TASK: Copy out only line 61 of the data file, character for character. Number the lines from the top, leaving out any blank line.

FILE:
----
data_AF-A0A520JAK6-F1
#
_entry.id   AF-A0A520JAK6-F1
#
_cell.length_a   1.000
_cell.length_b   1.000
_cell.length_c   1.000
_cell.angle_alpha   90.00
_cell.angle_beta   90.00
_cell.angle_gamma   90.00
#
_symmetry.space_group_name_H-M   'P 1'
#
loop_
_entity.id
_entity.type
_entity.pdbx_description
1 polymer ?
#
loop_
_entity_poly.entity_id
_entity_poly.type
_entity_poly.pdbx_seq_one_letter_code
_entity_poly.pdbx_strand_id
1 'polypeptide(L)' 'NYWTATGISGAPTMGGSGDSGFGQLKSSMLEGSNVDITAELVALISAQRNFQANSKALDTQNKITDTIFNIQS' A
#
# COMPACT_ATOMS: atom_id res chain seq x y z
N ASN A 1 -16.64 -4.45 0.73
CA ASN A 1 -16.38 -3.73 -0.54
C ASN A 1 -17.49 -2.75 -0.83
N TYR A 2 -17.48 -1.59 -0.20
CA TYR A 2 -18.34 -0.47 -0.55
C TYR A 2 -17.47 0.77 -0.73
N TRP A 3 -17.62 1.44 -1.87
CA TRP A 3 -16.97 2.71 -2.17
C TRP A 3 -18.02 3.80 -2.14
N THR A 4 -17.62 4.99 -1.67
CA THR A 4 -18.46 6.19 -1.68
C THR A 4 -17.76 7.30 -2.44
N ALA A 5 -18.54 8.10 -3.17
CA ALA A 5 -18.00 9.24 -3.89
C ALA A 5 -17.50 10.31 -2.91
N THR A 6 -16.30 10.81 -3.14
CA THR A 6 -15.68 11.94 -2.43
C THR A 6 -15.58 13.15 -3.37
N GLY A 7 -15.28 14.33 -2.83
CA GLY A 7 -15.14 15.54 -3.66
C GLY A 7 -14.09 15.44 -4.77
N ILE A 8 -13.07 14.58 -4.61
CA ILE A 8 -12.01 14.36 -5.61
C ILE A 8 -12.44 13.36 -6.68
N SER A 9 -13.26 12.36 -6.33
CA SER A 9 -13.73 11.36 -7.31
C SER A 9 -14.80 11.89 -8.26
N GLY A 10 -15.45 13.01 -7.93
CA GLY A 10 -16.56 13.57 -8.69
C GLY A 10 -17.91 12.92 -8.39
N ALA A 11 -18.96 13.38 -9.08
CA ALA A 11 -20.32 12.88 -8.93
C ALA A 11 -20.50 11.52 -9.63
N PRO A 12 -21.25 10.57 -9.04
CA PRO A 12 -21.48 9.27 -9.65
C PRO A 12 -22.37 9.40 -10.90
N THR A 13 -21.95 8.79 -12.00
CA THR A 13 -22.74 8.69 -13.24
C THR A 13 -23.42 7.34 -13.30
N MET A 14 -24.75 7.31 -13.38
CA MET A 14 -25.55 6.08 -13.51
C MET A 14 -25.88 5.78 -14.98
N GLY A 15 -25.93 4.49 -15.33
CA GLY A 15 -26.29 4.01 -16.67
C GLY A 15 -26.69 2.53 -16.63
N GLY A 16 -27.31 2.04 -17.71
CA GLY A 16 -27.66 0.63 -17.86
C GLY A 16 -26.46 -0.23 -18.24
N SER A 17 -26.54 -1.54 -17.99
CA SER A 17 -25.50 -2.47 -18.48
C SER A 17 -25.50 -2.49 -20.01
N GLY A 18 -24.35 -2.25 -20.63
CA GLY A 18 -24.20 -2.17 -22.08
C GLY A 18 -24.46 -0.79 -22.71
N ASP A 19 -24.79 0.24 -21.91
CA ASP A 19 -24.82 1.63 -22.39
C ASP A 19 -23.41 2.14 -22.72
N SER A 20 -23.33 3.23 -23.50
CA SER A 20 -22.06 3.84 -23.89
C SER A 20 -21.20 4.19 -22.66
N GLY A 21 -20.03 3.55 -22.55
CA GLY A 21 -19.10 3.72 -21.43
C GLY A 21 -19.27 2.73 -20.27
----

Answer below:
N PRO A 12 -21.25 10.57 -9.04